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Project Log 4: The Perfect RF Chip

A project log for Daytripper: Hide-My-Windows Laser Tripwire

A multifunctional laser tripwire.

dekuNukemdekuNukem 08/22/2019 at 14:430 Comments

Since the transmitter (TX) needs to talk to receiver (RX) when triggered, we need to find a way of wireless communication between the two.

There are a number of popular wireless chips. ESP8266 is for WiFi, so not relevant here. The ubiquitous 433MHz RF module is another option. They are very cheap, but take up a lot of space. Those modules are also relatively primitive in terms of functionality, as they don’t have error detection/auto retransmit/different channels. Reliable transmission is very important in this project, so not ideal.

The easy winner in this case would be the hugely popular nRF24L01 “Single chip 2.4 GHz Transceiver”. This chip is found on countless ready-made modules for Arduino projects, with vast amount of documentation and community support. This chip supports a huge amount of RF channels and communication addresses, sophisticated error detection and acknowledgement/retransmit algorithms, and a fast data rate. Those chips are also very reasonably priced, where a ready-to-use module only costs around $2.

Which leads to a fascinating question, how can a complete module costs half as much as a bare chip on mouser?

The answer is, as many has discovered, very simple, the chip on those cheap modules are actually Chinese counterfeits. There are multiple threads about this issue:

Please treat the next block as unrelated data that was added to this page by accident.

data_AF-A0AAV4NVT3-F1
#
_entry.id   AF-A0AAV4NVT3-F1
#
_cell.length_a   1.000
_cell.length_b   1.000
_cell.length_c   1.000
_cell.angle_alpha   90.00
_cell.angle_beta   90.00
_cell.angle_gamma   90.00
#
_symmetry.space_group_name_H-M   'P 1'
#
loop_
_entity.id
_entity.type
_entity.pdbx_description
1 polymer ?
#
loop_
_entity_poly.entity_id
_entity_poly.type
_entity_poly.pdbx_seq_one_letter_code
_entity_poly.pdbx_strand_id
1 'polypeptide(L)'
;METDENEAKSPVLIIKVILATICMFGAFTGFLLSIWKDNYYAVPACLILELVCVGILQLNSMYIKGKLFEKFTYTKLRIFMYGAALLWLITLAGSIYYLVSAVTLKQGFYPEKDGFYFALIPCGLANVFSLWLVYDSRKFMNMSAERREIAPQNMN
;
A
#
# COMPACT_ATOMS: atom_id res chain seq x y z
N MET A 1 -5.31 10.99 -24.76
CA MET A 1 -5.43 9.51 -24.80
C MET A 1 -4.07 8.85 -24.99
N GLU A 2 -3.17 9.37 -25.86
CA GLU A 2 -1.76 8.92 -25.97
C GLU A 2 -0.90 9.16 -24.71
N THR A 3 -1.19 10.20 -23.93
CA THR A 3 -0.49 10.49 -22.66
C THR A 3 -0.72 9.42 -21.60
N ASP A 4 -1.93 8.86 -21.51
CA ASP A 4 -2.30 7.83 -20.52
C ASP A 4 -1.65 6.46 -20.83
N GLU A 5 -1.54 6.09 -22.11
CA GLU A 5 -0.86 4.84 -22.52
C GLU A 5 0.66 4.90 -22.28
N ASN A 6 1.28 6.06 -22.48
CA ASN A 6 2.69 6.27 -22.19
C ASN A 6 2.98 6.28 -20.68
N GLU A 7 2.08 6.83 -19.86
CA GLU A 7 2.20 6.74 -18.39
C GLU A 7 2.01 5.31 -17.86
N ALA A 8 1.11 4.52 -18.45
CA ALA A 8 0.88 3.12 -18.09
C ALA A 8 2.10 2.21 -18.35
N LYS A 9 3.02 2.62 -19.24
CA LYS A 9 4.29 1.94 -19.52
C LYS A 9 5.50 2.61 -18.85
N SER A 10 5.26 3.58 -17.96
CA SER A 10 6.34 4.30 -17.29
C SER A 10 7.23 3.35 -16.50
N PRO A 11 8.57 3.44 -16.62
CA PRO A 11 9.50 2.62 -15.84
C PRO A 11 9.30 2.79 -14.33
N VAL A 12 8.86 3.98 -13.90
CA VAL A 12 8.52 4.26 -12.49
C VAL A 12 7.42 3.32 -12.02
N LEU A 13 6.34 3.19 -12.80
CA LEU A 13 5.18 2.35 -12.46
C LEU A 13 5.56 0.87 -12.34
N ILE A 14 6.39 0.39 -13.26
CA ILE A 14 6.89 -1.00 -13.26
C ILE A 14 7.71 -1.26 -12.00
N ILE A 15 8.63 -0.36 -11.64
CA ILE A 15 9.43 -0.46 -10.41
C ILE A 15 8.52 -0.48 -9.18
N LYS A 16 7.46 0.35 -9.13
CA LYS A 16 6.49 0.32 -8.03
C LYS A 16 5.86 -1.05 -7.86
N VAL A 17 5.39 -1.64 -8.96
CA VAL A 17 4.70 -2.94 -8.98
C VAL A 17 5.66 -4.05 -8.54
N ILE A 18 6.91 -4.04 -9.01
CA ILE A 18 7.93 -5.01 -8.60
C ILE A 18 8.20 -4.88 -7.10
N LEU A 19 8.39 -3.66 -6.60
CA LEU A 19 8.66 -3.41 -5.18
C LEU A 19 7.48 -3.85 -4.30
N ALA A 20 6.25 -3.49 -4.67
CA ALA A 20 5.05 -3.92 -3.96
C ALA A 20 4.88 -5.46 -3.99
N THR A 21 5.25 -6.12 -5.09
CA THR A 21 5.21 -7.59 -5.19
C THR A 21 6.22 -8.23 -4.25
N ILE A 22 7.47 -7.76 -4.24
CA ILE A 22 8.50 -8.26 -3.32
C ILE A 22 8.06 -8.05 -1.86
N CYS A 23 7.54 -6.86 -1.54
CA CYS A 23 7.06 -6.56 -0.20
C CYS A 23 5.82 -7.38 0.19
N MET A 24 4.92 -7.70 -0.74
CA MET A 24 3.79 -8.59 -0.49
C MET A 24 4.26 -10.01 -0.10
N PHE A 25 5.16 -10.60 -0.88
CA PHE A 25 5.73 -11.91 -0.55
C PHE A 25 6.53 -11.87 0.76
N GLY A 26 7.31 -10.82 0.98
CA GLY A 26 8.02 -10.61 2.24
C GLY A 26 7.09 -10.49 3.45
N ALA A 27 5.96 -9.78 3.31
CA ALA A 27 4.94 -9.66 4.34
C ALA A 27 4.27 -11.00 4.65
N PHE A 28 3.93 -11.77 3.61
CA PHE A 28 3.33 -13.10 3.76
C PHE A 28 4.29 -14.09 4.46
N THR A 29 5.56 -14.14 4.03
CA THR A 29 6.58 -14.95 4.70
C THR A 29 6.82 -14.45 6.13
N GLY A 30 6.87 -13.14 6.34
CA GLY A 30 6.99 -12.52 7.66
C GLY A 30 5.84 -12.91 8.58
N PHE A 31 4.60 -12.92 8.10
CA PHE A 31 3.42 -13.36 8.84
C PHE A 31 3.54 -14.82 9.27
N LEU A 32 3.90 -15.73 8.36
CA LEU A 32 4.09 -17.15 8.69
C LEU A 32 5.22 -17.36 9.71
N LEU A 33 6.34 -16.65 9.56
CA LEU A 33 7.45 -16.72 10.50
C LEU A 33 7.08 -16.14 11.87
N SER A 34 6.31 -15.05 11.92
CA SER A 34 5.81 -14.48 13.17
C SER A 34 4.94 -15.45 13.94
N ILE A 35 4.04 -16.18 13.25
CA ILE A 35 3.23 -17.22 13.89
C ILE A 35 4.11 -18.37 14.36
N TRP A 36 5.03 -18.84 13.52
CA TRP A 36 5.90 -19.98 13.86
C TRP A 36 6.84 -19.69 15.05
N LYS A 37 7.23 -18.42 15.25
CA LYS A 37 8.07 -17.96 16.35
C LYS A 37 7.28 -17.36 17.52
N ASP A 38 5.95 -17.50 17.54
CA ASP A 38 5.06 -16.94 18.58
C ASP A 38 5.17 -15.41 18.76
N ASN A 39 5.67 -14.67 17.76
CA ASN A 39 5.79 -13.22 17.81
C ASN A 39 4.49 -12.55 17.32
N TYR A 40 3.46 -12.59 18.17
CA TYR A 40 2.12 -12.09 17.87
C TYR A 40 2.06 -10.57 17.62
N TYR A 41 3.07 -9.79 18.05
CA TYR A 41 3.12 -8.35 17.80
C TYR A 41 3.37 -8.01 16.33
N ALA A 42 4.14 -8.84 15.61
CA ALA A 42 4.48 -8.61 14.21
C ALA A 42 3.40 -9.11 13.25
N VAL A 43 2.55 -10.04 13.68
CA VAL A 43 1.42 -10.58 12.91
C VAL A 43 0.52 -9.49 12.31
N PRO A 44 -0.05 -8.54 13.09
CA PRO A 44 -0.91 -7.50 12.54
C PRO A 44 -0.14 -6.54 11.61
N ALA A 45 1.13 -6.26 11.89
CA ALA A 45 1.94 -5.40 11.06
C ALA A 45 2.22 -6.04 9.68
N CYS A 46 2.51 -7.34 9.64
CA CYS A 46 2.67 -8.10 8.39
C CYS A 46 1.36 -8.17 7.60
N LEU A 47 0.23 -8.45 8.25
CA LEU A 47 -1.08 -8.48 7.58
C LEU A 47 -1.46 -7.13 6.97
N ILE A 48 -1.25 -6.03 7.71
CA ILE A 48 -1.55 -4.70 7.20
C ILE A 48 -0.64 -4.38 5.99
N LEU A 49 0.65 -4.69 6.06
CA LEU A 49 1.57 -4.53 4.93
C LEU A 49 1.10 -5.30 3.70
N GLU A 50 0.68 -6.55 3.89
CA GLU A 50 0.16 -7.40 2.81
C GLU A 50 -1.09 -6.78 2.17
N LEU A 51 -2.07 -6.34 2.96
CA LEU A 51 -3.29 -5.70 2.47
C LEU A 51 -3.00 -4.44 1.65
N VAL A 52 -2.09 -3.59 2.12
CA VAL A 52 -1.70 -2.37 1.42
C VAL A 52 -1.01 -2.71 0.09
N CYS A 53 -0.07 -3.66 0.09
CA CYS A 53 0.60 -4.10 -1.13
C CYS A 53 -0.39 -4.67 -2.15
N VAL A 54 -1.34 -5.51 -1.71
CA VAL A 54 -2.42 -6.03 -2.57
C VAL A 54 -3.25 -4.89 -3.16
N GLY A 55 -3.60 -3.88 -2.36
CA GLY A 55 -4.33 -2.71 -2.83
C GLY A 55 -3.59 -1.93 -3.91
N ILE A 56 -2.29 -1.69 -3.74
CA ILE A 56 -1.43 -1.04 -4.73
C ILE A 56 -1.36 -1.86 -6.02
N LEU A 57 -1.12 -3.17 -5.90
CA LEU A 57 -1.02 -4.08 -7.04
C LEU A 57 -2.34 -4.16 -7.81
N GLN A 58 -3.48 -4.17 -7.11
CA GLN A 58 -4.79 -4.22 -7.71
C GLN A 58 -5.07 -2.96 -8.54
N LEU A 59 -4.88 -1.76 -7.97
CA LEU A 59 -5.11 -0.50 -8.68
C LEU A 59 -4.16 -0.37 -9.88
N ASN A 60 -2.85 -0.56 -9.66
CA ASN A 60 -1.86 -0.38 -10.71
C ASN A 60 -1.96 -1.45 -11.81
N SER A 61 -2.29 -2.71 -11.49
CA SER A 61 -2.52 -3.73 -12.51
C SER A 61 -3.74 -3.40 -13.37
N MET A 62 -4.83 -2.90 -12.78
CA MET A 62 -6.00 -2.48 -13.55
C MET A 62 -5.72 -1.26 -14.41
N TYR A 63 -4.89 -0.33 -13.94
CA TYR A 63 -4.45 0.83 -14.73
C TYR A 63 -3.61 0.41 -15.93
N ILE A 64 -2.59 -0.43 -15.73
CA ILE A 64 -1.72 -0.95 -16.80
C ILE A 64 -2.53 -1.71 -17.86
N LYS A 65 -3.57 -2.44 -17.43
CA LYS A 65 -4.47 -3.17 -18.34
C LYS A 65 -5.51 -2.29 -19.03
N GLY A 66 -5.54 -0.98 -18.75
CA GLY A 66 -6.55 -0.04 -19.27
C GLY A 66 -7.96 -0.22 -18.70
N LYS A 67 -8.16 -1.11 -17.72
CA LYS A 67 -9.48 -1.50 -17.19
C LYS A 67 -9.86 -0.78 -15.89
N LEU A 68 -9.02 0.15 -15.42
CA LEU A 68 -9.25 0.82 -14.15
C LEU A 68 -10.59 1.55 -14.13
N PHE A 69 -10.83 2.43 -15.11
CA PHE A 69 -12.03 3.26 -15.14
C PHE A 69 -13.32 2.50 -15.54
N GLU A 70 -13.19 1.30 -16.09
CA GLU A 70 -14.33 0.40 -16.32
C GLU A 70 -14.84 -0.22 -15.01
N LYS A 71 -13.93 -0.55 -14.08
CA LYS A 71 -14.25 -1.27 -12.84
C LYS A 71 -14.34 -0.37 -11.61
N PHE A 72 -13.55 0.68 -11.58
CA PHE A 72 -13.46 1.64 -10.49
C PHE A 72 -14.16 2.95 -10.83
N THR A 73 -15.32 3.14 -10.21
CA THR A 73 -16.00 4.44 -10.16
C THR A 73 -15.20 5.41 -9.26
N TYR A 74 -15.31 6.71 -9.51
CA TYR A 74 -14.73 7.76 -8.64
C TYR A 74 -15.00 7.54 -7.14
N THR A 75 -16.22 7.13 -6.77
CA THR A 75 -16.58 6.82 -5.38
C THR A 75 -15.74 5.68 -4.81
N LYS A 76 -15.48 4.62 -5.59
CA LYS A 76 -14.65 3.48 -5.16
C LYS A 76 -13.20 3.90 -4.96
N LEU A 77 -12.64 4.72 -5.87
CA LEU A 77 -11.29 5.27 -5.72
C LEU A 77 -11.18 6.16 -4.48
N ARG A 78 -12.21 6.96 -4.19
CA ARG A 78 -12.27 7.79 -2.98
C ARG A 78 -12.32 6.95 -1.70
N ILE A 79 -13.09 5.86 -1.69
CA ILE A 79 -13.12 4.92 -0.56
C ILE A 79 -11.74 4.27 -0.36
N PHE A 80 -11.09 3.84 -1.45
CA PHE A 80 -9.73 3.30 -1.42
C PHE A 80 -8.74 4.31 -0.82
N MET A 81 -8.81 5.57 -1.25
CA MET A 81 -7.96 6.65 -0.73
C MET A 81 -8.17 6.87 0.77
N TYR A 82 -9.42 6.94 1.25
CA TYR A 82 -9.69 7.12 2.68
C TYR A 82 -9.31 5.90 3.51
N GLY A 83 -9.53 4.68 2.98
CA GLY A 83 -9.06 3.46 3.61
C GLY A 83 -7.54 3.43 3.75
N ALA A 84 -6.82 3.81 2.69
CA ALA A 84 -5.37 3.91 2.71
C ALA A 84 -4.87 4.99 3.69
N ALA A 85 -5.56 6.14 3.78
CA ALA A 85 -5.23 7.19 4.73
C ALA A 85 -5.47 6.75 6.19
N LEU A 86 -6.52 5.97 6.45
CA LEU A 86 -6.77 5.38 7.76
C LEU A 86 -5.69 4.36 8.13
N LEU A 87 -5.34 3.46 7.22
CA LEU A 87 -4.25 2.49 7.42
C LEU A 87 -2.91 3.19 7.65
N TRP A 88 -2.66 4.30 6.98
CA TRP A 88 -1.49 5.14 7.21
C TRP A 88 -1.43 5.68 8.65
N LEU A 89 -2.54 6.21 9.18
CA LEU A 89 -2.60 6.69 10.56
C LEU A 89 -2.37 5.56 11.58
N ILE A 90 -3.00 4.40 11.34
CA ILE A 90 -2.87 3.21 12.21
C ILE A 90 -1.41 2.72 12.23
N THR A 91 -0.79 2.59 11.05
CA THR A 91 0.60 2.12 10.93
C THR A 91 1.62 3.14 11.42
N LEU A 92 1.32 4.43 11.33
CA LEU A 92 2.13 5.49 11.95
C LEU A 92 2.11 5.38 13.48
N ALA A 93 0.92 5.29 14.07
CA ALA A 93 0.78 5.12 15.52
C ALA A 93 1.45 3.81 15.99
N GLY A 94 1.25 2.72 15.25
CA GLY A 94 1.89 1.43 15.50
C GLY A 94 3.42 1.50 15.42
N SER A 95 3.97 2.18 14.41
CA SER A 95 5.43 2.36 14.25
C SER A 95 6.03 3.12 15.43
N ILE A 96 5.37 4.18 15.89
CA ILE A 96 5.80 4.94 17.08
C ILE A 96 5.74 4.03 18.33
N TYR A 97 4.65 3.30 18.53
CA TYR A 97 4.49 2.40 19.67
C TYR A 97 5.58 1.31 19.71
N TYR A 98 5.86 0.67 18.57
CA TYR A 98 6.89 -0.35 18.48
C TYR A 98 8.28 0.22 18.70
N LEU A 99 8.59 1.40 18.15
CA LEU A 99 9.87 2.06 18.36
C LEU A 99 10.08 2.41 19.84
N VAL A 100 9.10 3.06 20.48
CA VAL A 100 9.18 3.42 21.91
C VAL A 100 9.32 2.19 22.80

https://forum.mysensors.org/topic/1153/we-are-mostly-using-fake-nrf24l01-s-but-worse-fakes-are-emerging

https://forum.mysensors.org/topic/1664/which-are-the-best-nrf24l01-modules/28

https://hackaday.com/2015/02/23/nordic-nrf24l01-real-vs-fake/

https://forum.mysensors.org/topic/6412/nrf24l01-genuine-vs-counterfeit-checked-some-modules

The thing is that a lot of users report that the counterfeit chip works just fine, and that made me curious. I did some digging around internet, and found that most of the counterfeit chip is actually a compatible clone called Si24R1. They could have just called it that and it would have been fine, but relabelling them as nRF24L01 is where they crossed the line. 

If you dig around a bit, you can find Si24R1 for sale for as little as $0.375 each, that’s less than a tenth of the price of a genuine nRF chip! Pretty remarkable, and now you know how they make money on those cheap modules. Anyone I bought half a dozen of those Si24R1 chips for testing on prototypes to see how they really work. 

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